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People born after 1980 have benefited little from 30 years of Zimbabwe’s independence, writes the Youth Alliance Democracy, thanks to the government’s continued failure to empower young people, rather than seeing them as equal partners in politics. Half of political representatives – from local government to the cabinet – should be ‘youths below the ages of 35, who can forward and address the youth concerns and youth mainstreaming in all national policies and processes’, the alliance argues.

As we celebrate 30 years of independence, we still await true and youth-centred democracy. Zimbabwe is one country that is failing the ‘Uhuru generation’ (youths born after independence). Since 1980 the then ruling party and various political establishments failed to politically and economically empower youths, relegating them to sloganeering and the situation has not changed with the inception of an inclusive government. The year 1980 was a bad start for Zimbabwean youths. There has been no independence on the part of the youth in Zimbabwe.


In 1980 the post-colonial government inherited a stable economy with a strong currency, despite the fact that the country was coming out of a protracted war and a closed economy owing to the mandatory sanctions imposed by the UN against the Ian Smith regime. Economists have argued that what was needed in 1980 was the recapitalisation of local industries, so that locally manufactured products could compete on the international sphere and attract markets. Unfortunately this need was not addressed by the Mugabe regime. Instead looting and unplanned expenditure became the order of the day.

During the 1982/3 agricultural season, there was a serious drought which caught the government unawares, despite warnings by the meteorological department. Since it had failed to adequately budget in the fiscus for the natural disaster, this saw the government struggle to cushion the populace against looming threats of starvation with little success. What was more of the blow to Zimbabwe’s economy was that the revolution began eating its own children with the inhuman and unbudgeted for military expedition that resulted in the silencing of dissenting voice in the Midlands and Matabeleland regions. The military action was uncalled for, unnecessary and ill-conceived in a country that claimed to be independent and democratic. This saw the North Korean trained 5th Brigade massacring over 20,000 innocent civilians, leaving the Uhuru generation in these areas without parents or breadwinners under looming threats of hunger. President Mugabe later confessed that it was ‘a moment of madness’ – insanity to say the least.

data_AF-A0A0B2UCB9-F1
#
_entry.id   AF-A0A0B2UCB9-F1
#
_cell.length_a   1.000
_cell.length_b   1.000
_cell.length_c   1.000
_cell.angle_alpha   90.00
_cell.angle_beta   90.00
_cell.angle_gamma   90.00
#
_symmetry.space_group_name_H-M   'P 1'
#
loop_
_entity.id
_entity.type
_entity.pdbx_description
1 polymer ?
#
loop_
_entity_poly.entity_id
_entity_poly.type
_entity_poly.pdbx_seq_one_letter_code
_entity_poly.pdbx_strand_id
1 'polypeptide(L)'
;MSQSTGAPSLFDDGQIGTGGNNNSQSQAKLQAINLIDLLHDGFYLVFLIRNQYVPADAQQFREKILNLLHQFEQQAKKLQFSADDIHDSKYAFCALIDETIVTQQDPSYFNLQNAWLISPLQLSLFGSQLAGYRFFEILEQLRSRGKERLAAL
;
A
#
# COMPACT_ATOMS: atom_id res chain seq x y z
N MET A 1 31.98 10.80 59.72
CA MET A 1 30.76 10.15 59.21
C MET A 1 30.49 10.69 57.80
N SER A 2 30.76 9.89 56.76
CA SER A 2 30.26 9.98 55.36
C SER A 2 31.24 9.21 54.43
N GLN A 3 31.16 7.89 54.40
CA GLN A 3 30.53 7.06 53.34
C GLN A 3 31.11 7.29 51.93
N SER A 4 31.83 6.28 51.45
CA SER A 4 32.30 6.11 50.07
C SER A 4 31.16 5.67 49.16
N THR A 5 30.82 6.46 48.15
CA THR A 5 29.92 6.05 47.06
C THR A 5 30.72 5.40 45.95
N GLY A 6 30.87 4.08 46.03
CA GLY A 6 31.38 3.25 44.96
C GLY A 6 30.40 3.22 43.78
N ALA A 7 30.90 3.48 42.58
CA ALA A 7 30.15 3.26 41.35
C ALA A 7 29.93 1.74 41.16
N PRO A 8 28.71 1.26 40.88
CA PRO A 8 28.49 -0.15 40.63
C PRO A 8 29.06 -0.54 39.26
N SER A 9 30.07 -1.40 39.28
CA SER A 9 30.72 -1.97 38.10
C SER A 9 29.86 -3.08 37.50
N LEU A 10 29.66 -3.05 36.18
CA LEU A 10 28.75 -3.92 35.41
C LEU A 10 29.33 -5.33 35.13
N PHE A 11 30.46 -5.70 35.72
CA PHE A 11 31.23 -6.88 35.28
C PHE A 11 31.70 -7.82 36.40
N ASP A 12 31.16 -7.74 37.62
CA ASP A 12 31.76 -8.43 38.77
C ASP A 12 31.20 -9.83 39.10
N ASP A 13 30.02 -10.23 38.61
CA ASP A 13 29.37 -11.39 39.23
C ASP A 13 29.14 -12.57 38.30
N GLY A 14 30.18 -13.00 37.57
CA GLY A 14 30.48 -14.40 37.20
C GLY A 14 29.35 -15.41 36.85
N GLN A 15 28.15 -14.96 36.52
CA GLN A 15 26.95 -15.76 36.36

By 1987, owing to these economic malpractices including high level corruption – a case being the Willowgate scandal with millions being swindled from government chauffeurs – Zimbabwe’s economy was ailing. The then minister of finance Dr Bernard Chidzero nicodemously went to the IMF to seek an economic rescue package, which he was effectively given with no conditions in 1988. However this economic tranquiliser did not last long; by 1989 he had returned trying to lure possible intervention from the international body. This time Zimbabwe was advised to undergo a structural adjustment program, which became known as ESAP. This saw the privatisation of the economy, with the results being felt by workers as retrenchments became the order of the day. Inflation rose and by April 1990, it had reached 20.34 per cent; inflation was never to decline from this year. Unemployment rose and became the order of the day. Our breadwinners became unemployed and could not afford healthcare, education, food and shelter for us – the Uhuru generation suffered most.

What puzzles the mind is that in his inaugural budget under ESAP, Chidzero defended ESAP as a homegrown solution that had no links with the Brettonwoods Institutions. Even legislators at the time seconded him, including the newly established executive president of the Republic of Zimbabwe. The labour movement waged strike action against the effects of privatisation, but these were thwarted with maximum force and in typical military style, three youths were shot dead at Ziscosteel in Redcliff in 1997. The situation was the same with the student movement that had initially opposed the establishment of a one-party state during the 4 October demonstrations; the University of Zimbabwe and the various polytechnics became war zones. At this time dissent was brewing among the war veterans who felt that the struggle had been aborted, especially with the unfulfilled land issue.